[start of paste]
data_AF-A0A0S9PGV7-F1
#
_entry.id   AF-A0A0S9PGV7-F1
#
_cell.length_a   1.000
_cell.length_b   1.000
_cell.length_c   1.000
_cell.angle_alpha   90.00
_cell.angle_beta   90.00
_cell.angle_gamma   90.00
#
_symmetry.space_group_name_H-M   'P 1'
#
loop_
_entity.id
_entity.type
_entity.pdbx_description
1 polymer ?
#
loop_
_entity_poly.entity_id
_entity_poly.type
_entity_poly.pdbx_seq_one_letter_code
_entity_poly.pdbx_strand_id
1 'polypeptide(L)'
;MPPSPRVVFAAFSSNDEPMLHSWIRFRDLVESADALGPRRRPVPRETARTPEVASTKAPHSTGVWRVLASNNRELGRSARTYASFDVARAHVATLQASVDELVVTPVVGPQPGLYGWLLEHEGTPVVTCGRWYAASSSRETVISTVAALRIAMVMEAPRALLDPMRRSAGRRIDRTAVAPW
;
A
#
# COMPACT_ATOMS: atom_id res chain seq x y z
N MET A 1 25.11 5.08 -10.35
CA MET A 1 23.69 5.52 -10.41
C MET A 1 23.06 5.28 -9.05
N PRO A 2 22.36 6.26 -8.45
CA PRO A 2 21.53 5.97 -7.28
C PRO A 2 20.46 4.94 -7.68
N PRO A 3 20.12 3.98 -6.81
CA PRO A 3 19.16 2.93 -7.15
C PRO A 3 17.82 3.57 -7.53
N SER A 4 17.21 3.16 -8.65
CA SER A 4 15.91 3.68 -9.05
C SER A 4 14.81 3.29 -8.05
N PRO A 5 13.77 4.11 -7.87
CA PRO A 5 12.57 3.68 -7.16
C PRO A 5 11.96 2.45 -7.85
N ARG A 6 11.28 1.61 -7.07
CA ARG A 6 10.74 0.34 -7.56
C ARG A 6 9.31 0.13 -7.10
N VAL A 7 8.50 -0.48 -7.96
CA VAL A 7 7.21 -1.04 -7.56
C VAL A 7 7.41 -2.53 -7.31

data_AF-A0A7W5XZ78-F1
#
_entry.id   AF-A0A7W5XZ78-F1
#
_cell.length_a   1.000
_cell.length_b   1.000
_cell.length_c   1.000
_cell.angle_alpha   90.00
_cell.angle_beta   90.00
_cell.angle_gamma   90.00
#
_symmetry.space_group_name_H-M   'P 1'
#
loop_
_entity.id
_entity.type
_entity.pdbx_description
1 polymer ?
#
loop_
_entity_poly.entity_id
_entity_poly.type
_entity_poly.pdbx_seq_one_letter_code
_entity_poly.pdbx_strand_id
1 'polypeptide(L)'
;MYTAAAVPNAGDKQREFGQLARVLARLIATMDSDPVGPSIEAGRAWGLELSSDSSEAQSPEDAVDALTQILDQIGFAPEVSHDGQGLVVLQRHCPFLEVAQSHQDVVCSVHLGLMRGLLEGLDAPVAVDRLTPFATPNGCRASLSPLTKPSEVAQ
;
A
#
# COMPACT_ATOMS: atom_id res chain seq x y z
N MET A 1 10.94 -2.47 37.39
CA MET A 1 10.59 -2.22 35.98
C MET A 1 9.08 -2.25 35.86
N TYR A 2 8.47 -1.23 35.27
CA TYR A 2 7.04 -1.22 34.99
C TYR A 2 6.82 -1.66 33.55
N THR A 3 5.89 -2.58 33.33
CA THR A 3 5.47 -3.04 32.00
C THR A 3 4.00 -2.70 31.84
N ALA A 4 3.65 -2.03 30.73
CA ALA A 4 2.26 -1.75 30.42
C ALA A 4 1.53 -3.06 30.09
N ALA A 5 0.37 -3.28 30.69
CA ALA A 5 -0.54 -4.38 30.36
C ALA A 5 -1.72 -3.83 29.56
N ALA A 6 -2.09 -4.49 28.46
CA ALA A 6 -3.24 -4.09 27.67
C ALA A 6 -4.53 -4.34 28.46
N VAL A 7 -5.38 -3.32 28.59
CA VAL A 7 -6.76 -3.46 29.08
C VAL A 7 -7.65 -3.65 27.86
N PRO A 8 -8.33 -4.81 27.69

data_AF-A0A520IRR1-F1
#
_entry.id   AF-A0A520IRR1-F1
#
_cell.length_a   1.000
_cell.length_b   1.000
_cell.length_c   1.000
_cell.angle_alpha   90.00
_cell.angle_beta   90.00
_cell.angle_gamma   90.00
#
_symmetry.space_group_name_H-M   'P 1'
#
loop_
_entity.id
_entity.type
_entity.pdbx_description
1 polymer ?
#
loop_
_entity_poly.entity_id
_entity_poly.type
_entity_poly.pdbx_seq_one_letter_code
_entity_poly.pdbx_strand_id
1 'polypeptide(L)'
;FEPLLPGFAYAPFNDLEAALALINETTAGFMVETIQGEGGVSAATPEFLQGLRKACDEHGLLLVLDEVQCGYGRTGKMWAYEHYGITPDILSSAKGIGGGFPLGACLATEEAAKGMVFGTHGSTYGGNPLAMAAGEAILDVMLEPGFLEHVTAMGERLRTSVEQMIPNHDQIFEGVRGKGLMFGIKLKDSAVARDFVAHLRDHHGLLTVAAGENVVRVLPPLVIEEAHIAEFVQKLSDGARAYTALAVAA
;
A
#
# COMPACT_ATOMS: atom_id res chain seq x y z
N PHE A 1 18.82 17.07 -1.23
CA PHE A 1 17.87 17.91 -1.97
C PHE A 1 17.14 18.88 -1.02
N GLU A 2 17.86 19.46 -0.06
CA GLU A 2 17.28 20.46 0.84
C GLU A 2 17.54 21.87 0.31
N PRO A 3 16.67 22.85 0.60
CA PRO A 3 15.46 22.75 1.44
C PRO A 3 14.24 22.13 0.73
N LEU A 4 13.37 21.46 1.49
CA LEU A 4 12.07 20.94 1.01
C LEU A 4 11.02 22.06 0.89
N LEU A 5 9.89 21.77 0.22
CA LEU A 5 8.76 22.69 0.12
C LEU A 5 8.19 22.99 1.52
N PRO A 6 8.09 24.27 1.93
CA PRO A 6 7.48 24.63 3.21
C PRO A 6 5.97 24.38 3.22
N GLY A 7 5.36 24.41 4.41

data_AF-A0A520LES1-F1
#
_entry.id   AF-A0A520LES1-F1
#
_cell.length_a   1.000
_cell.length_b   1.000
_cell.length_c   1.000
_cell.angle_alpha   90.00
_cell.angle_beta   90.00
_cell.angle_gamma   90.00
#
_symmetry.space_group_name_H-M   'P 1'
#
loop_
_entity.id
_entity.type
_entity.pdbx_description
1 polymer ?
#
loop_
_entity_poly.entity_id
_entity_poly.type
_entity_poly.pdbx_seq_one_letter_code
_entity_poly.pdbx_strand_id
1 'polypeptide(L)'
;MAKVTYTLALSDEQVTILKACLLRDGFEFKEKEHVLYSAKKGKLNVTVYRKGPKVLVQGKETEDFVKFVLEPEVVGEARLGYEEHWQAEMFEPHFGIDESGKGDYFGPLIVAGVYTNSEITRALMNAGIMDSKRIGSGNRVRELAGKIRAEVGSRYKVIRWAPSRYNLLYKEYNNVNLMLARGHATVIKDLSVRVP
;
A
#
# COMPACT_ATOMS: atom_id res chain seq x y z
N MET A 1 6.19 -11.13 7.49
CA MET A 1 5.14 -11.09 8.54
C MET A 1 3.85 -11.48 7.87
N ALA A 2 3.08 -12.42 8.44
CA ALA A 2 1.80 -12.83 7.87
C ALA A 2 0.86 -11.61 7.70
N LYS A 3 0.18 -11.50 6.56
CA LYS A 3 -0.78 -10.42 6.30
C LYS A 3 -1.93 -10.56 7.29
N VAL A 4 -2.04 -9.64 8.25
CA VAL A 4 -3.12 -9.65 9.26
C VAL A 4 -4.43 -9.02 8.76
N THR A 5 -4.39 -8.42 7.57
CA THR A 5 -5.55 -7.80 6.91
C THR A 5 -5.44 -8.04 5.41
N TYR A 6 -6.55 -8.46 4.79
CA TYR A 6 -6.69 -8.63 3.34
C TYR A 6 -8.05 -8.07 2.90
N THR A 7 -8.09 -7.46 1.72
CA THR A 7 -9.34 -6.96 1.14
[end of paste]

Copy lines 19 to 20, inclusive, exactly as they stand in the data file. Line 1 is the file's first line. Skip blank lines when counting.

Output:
#
loop_